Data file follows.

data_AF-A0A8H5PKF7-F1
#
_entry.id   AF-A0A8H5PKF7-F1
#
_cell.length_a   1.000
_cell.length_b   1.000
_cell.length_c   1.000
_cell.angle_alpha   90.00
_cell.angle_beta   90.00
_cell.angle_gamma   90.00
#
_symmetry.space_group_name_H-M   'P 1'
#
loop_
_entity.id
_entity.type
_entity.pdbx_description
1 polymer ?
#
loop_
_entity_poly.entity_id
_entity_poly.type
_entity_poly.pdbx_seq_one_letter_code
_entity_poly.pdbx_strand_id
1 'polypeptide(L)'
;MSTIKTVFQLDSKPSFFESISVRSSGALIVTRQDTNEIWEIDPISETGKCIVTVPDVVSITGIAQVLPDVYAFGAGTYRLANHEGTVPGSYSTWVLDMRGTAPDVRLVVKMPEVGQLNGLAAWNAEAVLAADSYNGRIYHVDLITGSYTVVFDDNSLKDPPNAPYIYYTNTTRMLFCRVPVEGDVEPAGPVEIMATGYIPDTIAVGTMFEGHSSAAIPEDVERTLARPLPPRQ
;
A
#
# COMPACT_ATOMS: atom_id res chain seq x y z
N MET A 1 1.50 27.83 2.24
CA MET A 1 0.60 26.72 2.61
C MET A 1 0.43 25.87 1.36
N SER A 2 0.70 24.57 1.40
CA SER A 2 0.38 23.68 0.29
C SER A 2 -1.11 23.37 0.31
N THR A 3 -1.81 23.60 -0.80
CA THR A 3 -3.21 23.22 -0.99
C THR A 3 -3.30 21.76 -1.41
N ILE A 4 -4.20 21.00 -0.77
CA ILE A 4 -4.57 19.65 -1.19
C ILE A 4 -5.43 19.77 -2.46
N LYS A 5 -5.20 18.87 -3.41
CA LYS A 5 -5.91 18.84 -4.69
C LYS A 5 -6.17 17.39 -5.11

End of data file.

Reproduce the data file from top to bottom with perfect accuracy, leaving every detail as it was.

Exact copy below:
data_AF-A0A8H5PKF7-F1
#
_entry.id   AF-A0A8H5PKF7-F1
#
_cell.length_a   1.000
_cell.length_b   1.000
_cell.length_c   1.000
_cell.angle_alpha   90.00
_cell.angle_beta   90.00
_cell.angle_gamma   90.00
#
_symmetry.space_group_name_H-M   'P 1'
#
loop_
_entity.id
_entity.type
_entity.pdbx_description
1 polymer ?
#
loop_
_entity_poly.entity_id
_entity_poly.type
_entity_poly.pdbx_seq_one_letter_code
_entity_poly.pdbx_strand_id
1 'polypeptide(L)'
;MSTIKTVFQLDSKPSFFESISVRSSGALIVTRQDTNEIWEIDPISETGKCIVTVPDVVSITGIAQVLPDVYAFGAGTYRLANHEGTVPGSYSTWVLDMRGTAPDVRLVVKMPEVGQLNGLAAWNAEAVLAADSYNGRIYHVDLITGSYTVVFDDNSLKDPPNAPYIYYTNTTRMLFCRVPVEGDVEPAGPVEIMATGYIPDTIAVGTMFEGHSSAAIPEDVERTLARPLPPRQ
;
A
#
# COMPACT_ATOMS: atom_id res chain seq x y z
N MET A 1 1.50 27.83 2.24
CA MET A 1 0.60 26.72 2.61
C MET A 1 0.43 25.87 1.36
N SER A 2 0.70 24.57 1.40
CA SER A 2 0.38 23.68 0.29
C SER A 2 -1.11 23.37 0.31
N THR A 3 -1.81 23.60 -0.80
CA THR A 3 -3.21 23.22 -0.99
C THR A 3 -3.30 21.76 -1.41
N ILE A 4 -4.20 21.00 -0.77
CA ILE A 4 -4.57 19.65 -1.19
C ILE A 4 -5.43 19.77 -2.46
N LYS A 5 -5.20 18.87 -3.41
CA LYS A 5 -5.91 18.84 -4.69
C LYS A 5 -6.17 17.39 -5.11